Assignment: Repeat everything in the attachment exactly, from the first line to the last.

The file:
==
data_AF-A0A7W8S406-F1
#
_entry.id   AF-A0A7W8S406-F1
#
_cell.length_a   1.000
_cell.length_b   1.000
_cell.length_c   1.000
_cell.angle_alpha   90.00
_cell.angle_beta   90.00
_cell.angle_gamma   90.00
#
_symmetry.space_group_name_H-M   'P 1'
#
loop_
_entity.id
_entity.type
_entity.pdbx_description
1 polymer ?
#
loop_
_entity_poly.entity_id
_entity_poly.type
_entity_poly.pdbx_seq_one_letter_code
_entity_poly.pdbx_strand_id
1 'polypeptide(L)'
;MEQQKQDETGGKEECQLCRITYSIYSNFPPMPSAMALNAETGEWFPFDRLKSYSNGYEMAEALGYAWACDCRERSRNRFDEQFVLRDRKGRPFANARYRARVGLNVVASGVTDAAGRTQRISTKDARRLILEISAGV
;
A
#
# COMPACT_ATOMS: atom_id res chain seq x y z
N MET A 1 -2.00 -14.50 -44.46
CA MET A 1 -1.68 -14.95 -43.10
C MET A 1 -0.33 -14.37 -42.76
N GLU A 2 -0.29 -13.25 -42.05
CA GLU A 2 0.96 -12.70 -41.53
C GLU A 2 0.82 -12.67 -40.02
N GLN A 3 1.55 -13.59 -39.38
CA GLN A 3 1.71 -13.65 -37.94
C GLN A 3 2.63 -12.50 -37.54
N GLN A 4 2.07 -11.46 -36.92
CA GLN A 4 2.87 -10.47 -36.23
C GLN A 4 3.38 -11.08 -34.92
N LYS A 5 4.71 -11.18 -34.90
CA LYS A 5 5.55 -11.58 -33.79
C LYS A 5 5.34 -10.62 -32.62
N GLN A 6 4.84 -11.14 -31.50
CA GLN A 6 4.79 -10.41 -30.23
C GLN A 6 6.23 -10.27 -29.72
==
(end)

data_AF-A0A7W8S406-F1
#
_entry.id   AF-A0A7W8S406-F1
#
_cell.length_a   1.000
_cell.length_b   1.000
_cell.length_c   1.000
_cell.angle_alpha   90.00
_cell.angle_beta   90.00
_cell.angle_gamma   90.00
#
_symmetry.space_group_name_H-M   'P 1'
#
loop_
_entity.id
_entity.type
_entity.pdbx_description
1 polymer ?
#
loop_
_entity_poly.entity_id
_entity_poly.type
_entity_poly.pdbx_seq_one_letter_code
_entity_poly.pdbx_strand_id
1 'polypeptide(L)'
;MEQQKQDETGGKEECQLCRITYSIYSNFPPMPSAMALNAETGEWFPFDRLKSYSNGYEMAEALGYAWACDCRERSRNRFDEQFVLRDRKGRPFANARYRARVGLNVVASGVTDAAGRTQRISTKDARRLILEISAGV
;
A
#
# COMPACT_ATOMS: atom_id res chain seq x y z
N MET A 1 -2.00 -14.50 -44.46
CA MET A 1 -1.68 -14.95 -43.10
C MET A 1 -0.33 -14.37 -42.76
N GLU A 2 -0.29 -13.25 -42.05
CA GLU A 2 0.96 -12.70 -41.53
C GLU A 2 0.82 -12.67 -40.02
N GLN A 3 1.55 -13.59 -39.38
CA GLN A 3 1.71 -13.65 -37.94
C GLN A 3 2.63 -12.50 -37.54
N GLN A 4 2.07 -11.46 -36.92
CA GLN A 4 2.87 -10.47 -36.23
C GLN A 4 3.38 -11.08 -34.92
N LYS A 5 4.71 -11.18 -34.90
CA LYS A 5 5.55 -11.58 -33.79
C LYS A 5 5.34 -10.62 -32.62
N GLN A 6 4.84 -11.14 -31.50
CA GLN A 6 4.79 -10.41 -30.23
C GLN A 6 6.23 -10.27 -29.72